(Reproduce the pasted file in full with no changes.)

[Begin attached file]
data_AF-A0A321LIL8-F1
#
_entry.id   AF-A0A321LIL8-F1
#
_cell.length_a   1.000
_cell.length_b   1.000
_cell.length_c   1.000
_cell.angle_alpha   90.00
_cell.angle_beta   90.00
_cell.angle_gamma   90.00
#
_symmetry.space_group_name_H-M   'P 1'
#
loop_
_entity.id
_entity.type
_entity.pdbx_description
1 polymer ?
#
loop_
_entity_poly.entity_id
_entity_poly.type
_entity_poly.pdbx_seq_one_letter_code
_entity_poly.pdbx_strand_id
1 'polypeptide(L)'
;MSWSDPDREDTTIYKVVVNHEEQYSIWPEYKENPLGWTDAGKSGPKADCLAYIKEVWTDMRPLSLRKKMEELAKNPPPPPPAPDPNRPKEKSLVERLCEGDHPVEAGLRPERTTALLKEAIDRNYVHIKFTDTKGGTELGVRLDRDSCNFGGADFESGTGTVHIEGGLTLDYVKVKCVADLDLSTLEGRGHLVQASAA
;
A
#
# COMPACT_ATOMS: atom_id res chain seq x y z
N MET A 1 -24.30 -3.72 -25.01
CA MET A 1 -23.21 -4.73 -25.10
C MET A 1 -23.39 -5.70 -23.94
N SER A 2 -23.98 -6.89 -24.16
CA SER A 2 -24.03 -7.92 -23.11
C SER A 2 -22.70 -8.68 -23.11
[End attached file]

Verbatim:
data_AF-A0A321LIL8-F1
#
_entry.id   AF-A0A321LIL8-F1
#
_cell.length_a   1.000
_cell.length_b   1.000
_cell.length_c   1.000
_cell.angle_alpha   90.00
_cell.angle_beta   90.00
_cell.angle_gamma   90.00
#
_symmetry.space_group_name_H-M   'P 1'
#
loop_
_entity.id
_entity.type
_entity.pdbx_description
1 polymer ?
#
loop_
_entity_poly.entity_id
_entity_poly.type
_entity_poly.pdbx_seq_one_letter_code
_entity_poly.pdbx_strand_id
1 'polypeptide(L)'
;MSWSDPDREDTTIYKVVVNHEEQYSIWPEYKENPLGWTDAGKSGPKADCLAYIKEVWTDMRPLSLRKKMEELAKNPPPPPPAPDPNRPKEKSLVERLCEGDHPVEAGLRPERTTALLKEAIDRNYVHIKFTDTKGGTELGVRLDRDSCNFGGADFESGTGTVHIEGGLTLDYVKVKCVADLDLSTLEGRGHLVQASAA
;
A
#
# COMPACT_ATOMS: atom_id res chain seq x y z
N MET A 1 -24.30 -3.72 -25.01
CA MET A 1 -23.21 -4.73 -25.10
C MET A 1 -23.39 -5.70 -23.94
N SER A 2 -23.98 -6.89 -24.16
CA SER A 2 -24.03 -7.92 -23.11
C SER A 2 -22.70 -8.68 -23.11